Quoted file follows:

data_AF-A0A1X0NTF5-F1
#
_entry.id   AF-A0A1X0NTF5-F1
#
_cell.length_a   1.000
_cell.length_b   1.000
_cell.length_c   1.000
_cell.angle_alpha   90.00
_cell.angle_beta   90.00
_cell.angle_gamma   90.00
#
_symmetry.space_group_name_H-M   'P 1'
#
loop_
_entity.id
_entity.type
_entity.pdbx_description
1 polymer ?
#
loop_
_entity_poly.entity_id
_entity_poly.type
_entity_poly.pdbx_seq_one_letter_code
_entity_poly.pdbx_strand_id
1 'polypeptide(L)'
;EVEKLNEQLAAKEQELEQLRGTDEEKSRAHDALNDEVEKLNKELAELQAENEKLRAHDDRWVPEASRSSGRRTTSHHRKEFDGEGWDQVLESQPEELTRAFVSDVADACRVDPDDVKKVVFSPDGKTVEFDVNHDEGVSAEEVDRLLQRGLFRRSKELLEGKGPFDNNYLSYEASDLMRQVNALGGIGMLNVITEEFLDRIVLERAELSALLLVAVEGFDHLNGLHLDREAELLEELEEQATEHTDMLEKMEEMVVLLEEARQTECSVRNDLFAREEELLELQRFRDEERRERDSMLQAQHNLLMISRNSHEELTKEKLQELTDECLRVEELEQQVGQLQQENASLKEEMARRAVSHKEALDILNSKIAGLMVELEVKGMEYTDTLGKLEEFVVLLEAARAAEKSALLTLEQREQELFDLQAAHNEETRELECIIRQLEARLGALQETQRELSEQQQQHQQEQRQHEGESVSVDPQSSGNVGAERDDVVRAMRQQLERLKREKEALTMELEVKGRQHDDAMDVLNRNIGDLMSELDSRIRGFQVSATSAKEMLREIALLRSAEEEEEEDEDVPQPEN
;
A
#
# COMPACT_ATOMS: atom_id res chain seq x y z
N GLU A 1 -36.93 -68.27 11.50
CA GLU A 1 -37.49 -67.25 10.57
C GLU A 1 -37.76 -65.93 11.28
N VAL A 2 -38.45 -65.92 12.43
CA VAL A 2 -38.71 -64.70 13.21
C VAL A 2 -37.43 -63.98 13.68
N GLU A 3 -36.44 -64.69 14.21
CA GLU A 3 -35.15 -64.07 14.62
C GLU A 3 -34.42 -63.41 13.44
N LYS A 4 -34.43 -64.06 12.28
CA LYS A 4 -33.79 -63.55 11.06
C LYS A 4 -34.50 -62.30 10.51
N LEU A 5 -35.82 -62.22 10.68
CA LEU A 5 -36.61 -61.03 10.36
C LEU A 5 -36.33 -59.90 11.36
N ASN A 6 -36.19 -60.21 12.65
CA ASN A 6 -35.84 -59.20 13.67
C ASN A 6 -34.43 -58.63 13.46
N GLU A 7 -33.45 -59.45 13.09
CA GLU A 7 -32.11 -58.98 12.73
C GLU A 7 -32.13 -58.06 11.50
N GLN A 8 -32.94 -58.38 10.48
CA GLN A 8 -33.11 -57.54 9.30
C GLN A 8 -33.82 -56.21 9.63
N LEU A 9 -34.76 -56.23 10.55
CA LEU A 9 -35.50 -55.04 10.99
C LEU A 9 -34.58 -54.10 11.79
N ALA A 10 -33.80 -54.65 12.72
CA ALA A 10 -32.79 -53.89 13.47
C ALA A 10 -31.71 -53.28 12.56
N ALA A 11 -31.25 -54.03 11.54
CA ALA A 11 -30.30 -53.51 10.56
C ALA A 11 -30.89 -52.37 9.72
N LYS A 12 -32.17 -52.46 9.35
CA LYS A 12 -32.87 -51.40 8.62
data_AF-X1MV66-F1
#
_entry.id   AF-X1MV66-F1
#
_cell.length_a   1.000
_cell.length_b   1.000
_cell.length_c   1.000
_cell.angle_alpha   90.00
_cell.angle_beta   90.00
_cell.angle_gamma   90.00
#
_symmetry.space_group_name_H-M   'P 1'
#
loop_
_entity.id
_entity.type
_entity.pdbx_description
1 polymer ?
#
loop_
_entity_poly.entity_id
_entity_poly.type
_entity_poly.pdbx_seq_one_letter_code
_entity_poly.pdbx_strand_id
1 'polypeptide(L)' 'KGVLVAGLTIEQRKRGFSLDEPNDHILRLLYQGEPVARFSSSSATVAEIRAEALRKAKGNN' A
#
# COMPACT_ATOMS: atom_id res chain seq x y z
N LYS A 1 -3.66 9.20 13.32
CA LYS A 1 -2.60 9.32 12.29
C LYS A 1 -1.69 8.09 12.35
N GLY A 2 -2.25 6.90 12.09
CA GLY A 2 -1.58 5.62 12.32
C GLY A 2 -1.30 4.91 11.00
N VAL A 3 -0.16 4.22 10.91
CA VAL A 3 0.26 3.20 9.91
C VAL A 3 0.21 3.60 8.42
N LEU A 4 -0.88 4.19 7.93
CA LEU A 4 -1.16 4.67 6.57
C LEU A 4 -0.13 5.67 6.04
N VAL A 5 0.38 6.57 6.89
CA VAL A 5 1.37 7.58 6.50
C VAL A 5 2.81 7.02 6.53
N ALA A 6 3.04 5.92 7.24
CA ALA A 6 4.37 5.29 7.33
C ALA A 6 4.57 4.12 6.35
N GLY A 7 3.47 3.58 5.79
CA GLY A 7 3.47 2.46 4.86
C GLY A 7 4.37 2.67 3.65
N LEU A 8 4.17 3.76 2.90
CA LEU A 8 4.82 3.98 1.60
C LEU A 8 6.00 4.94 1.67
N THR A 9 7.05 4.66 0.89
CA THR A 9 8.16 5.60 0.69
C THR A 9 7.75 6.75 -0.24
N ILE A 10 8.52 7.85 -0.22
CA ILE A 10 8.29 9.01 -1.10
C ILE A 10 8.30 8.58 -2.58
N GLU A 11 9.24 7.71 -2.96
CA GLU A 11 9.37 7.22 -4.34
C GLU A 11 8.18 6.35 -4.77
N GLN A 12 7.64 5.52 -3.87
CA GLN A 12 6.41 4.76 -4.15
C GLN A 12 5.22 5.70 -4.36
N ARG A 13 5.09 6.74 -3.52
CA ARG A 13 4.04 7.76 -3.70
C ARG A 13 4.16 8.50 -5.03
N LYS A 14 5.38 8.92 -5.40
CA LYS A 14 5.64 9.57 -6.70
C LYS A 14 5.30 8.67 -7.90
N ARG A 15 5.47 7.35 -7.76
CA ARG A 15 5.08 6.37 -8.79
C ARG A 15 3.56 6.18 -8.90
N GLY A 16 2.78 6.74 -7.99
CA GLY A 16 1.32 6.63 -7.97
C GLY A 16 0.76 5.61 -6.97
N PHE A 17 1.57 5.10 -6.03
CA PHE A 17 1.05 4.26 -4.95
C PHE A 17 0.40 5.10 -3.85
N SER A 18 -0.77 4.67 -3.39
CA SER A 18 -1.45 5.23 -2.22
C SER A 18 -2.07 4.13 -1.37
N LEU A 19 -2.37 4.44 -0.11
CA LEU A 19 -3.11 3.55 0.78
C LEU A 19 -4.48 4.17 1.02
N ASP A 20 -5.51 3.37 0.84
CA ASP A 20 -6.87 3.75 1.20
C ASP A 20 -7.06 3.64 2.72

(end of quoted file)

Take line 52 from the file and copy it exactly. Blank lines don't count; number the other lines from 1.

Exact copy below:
N GLN A 8 -32.94 -58.38 10.48